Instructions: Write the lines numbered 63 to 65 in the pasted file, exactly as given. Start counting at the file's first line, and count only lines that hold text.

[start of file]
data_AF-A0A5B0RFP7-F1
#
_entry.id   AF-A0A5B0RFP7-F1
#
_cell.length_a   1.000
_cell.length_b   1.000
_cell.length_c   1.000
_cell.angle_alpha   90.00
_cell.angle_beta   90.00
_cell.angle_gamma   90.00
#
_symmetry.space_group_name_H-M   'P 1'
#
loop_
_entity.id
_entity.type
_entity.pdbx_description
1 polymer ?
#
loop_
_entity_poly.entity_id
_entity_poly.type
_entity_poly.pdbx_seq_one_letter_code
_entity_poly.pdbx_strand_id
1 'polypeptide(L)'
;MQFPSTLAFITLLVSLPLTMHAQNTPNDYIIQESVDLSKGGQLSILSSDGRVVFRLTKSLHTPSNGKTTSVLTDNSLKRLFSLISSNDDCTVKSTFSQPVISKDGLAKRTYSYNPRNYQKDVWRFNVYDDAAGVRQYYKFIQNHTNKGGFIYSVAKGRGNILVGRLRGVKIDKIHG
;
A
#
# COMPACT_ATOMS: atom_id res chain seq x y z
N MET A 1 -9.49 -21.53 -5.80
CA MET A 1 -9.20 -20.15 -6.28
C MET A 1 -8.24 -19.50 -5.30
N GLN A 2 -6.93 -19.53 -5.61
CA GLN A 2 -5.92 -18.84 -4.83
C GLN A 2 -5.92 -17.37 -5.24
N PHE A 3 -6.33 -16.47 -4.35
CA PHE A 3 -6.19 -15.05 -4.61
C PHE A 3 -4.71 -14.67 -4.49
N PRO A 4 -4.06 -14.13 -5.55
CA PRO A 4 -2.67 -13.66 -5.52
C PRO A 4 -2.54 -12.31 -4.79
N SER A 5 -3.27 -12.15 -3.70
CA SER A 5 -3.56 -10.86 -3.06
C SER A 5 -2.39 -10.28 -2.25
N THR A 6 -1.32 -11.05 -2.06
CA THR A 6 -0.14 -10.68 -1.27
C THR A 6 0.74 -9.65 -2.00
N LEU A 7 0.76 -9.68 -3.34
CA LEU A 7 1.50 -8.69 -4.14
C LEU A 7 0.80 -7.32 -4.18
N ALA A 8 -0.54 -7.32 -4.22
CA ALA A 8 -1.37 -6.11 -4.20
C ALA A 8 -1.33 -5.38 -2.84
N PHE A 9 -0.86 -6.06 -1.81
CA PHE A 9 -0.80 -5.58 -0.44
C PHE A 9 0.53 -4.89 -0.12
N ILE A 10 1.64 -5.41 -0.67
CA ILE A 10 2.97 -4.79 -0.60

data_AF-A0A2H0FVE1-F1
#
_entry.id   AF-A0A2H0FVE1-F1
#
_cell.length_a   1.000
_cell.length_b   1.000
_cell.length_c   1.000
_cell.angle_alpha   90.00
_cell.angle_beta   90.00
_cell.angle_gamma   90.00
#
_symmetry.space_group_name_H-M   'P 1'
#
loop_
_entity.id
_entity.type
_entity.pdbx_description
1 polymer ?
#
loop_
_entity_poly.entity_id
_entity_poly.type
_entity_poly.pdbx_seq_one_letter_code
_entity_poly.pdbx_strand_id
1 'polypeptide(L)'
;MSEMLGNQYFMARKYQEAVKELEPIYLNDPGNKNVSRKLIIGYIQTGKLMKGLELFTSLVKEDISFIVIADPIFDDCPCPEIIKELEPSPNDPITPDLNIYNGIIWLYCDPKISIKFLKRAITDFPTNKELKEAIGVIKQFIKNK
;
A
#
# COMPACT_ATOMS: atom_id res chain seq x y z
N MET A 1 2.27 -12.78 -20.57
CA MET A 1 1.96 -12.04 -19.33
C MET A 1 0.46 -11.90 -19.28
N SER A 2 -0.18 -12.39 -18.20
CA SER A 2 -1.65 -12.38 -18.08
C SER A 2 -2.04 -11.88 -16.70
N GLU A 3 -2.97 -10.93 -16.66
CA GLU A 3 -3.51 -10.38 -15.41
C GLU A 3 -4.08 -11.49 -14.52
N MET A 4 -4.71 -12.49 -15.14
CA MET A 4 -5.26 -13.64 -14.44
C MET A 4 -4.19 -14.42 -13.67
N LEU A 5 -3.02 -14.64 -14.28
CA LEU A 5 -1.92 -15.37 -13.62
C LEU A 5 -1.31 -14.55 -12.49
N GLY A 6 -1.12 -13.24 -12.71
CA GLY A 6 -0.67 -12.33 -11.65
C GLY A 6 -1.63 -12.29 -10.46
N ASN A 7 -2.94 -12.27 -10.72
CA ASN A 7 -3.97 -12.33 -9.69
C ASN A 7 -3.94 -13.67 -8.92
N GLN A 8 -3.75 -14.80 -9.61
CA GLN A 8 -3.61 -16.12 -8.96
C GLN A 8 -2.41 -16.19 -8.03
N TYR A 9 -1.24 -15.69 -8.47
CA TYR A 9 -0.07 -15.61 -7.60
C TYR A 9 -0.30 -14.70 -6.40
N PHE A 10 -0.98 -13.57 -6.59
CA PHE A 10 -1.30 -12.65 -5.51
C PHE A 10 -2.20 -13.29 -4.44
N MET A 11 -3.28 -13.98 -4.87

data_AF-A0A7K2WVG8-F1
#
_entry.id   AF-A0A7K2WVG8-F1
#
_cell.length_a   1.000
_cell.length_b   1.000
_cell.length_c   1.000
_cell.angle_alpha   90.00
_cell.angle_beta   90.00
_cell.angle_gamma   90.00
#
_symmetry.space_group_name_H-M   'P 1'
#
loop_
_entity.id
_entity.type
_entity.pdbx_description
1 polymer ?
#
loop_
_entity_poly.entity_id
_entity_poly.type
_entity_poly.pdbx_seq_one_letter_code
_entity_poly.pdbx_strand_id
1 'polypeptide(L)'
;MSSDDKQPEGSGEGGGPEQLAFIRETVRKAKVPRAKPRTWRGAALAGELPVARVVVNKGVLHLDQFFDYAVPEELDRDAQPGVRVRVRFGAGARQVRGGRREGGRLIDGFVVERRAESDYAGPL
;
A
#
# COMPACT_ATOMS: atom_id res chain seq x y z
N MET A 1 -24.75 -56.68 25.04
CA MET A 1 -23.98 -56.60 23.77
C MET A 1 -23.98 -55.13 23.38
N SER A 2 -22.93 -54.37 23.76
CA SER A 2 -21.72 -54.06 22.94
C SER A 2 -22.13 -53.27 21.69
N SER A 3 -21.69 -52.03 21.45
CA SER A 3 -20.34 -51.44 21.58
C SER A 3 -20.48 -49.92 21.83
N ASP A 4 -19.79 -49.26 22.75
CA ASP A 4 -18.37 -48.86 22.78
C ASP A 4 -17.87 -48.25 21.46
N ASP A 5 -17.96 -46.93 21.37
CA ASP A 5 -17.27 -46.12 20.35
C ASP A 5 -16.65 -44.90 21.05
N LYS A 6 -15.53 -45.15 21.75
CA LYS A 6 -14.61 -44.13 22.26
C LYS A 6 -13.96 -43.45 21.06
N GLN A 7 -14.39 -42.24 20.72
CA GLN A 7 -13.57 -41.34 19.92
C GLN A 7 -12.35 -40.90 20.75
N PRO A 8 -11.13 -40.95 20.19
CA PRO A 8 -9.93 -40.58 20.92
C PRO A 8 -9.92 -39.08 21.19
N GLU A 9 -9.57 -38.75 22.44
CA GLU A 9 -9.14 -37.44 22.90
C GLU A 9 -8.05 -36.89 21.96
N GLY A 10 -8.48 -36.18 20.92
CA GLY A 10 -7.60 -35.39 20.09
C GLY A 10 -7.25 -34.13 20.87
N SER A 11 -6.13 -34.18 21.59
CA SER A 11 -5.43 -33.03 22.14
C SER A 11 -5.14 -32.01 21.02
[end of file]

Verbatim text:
#
_cell.length_a   1.000
_cell.length_b   1.000